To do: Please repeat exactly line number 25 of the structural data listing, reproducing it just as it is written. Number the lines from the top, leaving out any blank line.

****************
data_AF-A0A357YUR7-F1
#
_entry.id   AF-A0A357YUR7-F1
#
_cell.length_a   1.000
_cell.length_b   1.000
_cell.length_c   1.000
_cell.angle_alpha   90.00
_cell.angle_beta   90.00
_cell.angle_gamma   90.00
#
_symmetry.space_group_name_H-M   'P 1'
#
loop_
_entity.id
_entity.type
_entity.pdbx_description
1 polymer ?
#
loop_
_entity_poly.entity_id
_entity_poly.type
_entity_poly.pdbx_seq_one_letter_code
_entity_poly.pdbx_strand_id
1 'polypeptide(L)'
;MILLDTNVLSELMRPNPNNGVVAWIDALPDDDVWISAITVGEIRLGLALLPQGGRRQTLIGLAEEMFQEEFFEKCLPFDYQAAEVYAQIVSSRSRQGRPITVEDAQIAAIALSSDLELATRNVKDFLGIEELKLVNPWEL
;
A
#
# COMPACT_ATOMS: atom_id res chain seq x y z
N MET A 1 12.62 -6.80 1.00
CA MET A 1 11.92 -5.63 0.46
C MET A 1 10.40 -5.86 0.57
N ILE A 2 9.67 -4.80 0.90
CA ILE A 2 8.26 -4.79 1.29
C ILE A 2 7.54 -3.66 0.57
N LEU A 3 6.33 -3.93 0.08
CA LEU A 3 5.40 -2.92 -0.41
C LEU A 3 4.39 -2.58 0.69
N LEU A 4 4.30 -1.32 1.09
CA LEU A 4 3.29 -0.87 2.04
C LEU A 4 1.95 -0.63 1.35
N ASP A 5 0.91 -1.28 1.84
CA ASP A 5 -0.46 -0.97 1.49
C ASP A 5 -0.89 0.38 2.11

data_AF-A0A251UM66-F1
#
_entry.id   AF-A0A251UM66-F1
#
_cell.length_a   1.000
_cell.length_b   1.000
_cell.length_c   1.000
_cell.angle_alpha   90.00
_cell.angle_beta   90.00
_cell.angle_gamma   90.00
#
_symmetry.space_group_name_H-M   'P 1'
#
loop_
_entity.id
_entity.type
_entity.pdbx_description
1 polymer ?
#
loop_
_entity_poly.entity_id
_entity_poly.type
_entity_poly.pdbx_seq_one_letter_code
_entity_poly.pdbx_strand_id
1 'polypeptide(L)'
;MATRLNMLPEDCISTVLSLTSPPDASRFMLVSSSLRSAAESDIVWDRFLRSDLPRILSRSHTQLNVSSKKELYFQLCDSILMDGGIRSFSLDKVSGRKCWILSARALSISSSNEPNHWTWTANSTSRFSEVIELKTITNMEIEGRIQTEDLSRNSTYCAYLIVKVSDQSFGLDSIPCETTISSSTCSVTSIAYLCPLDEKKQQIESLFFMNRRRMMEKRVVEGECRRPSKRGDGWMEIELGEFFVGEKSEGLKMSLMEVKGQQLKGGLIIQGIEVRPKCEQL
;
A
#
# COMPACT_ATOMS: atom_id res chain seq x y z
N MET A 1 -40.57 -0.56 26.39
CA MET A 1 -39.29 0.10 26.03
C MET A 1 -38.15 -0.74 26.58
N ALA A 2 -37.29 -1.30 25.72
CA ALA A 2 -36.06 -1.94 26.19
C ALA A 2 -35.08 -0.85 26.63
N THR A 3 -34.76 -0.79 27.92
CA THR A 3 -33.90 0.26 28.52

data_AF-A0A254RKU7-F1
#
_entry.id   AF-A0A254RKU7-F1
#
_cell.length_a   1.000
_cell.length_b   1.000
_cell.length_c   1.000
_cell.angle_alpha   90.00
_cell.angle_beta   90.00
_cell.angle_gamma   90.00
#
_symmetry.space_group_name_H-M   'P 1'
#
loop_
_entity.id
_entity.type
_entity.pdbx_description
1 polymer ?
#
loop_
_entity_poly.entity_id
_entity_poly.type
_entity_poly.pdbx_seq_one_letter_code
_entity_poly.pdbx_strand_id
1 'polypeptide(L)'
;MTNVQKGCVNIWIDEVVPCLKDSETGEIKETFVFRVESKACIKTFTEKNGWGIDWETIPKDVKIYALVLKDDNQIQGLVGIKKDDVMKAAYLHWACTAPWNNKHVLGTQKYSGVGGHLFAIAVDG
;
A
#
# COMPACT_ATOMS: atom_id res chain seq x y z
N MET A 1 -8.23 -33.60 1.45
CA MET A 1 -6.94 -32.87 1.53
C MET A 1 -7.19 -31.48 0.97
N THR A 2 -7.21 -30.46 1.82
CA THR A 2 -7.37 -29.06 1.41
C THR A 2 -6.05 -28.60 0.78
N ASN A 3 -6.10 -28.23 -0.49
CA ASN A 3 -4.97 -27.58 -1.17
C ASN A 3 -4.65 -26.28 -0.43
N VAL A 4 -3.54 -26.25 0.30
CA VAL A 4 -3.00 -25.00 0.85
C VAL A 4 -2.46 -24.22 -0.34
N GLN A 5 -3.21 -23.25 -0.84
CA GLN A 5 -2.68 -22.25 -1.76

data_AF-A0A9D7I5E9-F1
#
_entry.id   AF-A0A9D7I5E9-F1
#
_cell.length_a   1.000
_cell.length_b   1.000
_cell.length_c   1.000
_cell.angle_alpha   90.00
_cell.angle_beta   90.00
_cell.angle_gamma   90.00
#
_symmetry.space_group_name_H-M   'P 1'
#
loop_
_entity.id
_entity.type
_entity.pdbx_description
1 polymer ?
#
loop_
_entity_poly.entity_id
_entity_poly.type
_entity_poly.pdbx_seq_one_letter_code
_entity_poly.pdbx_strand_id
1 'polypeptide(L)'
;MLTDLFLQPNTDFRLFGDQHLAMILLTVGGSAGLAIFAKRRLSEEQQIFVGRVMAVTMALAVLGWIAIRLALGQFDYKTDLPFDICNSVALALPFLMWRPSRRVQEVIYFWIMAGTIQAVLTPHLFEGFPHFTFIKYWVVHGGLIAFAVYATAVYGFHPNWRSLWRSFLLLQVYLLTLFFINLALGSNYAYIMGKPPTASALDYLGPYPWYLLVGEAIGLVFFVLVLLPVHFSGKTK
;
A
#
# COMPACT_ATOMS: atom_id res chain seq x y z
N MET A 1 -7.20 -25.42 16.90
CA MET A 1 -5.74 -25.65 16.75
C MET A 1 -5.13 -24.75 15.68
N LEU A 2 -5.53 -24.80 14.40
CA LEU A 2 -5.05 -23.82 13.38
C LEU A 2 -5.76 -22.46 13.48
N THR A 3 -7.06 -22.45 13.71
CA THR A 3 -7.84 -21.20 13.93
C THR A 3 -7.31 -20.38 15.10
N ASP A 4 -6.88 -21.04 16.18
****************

1 'polypeptide(L)'